The Environmental Protection Agency (EPA) Clean Power Plan to reduce carbon dioxide (CO2) is “illegal and imprudent” and “should be withdrawn in its entirety,” according to the National Rural Electric Cooperative Association (NRECA).
That’s the crux of Feb. 18 written comments delivered to the Federal Energy Regulatory Commission (FERC) by NRECA Vice President of Regulatory Affairs Jay Morrison. The comments were filed in connection with a technical conference held by FERC on the EPA plan to have states cut power sector CO2 30% by 2030.
NRECA’s Morrison argued that electric cooperatives would be especially hard hit by the EPA CO2 proposal as currently drafted. In 2012, 70% of the co-op generated kilowatt hours came from coal.
In addition, nearly 70% of the co-op-owned coal generation was built from 1975 to 1987 during the Oil Embargo and Fuel Use Act years when Congress essentially banned the use of natural gas for electricity, Morrison said.
Most of the coal units have much useful life remaining and cooperatives have invested billions of dollars in new pollution control equipment, according to NRECA. Morrison also said that cooperatives are small and don’t have a diversified portfolio. Also cooperative utilities are not-for-profit entities and have limited financial flexibility.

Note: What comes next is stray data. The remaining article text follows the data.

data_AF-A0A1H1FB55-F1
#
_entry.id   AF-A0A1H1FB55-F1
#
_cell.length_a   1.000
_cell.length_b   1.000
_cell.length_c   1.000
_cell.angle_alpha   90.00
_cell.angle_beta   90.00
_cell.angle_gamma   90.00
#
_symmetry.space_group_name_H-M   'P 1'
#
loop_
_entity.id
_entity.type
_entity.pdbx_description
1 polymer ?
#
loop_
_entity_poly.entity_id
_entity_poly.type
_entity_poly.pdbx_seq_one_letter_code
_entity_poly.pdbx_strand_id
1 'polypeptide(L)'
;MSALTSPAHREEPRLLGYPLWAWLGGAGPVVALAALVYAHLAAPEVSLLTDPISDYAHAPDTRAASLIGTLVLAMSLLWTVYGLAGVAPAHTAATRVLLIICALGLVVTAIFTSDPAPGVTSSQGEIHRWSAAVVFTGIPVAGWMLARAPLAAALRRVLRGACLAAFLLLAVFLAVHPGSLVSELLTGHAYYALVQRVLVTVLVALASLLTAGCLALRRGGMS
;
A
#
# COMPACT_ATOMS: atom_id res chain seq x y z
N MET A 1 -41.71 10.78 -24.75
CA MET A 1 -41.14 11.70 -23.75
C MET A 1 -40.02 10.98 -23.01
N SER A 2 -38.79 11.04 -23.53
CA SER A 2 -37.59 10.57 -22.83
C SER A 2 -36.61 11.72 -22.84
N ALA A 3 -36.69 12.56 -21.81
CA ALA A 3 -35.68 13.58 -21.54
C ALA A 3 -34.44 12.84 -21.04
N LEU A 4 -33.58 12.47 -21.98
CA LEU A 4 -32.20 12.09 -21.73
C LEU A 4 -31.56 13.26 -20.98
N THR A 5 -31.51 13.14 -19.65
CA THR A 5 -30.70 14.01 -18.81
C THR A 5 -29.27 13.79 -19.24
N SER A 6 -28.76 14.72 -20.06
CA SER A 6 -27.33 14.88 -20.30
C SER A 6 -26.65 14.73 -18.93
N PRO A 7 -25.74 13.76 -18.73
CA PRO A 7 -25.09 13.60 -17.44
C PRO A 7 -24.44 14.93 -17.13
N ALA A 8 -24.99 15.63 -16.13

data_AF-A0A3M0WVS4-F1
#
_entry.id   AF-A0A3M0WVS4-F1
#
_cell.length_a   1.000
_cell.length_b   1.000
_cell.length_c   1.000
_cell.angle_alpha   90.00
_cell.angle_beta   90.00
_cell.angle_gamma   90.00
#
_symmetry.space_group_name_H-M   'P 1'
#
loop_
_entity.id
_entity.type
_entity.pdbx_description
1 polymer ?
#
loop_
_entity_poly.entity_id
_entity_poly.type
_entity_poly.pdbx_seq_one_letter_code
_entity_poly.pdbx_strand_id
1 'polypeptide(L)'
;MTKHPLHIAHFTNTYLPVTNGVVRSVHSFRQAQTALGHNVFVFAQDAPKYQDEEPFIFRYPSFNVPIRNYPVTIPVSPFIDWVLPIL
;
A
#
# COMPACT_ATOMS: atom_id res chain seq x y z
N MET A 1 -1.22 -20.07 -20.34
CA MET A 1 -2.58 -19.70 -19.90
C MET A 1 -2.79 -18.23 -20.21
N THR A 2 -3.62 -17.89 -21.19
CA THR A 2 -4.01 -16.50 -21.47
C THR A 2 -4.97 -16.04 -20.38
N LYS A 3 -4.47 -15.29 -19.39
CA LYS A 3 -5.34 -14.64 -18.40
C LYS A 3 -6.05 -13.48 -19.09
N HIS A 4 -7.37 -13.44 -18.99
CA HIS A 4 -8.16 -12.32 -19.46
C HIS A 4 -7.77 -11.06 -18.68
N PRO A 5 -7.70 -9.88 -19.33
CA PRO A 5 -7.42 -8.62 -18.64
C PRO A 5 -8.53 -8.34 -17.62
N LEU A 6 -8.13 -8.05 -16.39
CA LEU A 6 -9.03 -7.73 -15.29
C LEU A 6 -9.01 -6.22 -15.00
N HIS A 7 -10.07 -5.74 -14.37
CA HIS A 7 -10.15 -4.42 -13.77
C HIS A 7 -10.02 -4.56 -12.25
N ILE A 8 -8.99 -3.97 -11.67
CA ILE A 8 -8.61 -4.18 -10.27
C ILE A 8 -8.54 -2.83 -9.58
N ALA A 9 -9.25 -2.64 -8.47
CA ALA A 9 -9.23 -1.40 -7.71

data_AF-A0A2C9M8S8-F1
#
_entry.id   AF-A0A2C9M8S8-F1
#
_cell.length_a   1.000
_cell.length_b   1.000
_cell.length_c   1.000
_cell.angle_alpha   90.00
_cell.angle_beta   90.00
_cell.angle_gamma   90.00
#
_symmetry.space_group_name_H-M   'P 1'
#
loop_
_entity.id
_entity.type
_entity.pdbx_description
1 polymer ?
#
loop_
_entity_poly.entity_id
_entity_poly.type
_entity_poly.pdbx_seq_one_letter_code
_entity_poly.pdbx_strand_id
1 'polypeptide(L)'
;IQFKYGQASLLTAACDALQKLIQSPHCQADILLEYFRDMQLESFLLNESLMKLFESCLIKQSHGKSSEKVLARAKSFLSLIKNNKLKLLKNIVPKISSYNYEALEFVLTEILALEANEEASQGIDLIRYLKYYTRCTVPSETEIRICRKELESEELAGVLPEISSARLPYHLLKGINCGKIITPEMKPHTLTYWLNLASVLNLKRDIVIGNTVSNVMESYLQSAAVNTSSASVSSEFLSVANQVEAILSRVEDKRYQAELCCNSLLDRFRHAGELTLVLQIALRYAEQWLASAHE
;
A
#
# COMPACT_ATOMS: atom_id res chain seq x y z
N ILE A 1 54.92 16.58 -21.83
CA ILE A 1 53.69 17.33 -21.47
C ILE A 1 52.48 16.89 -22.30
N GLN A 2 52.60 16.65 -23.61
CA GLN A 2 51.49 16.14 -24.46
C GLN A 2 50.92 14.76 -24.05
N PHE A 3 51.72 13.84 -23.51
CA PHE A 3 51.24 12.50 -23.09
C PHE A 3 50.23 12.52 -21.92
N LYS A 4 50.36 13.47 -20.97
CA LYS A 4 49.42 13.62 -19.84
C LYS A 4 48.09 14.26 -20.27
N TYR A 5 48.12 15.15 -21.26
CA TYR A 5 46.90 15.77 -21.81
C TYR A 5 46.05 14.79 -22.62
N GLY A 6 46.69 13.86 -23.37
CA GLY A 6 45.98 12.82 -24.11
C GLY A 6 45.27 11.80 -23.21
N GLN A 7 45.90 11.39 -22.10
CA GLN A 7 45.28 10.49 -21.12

“At a minimum,” EPA should eliminate the interim goal reduction requirements set for 2020. In addition, EPA must adopt a dynamic (as opposed to static) reliability safety valve – “That is, a safety valve that provides the States the ongoing flexibility they will need to ensure affordability and reliability,” the NRECA official said.
EPA should also extend the ultimate compliance deadline from 2030 until 2035.
The American Public Power Association (APPA) and other parties have called for elimination of the 2020 interim targets. Ameren (NYSE:AEE) has also proposed the five-year extension for the ultimate CO2 deadline.
NRECA also called upon FERC to “help EPA understand the great degree to which it has overestimated the ability of utilities to achieve 6% reductions in coal-plant heat rates, to achieve 70% utilization rates of all [natural gas combined cycle] NGCC plants, to adopt environmental dispatch, and more,” the cooperative association said.
While it may be possible to “keep the lights on” from a physics and technical standpoint, but the economics and the ultimate cost to the consumer in many cases will be prohibitive. “The choice for many [customers] may be between paying an electric bill or paying the mortgage,” NRECA said.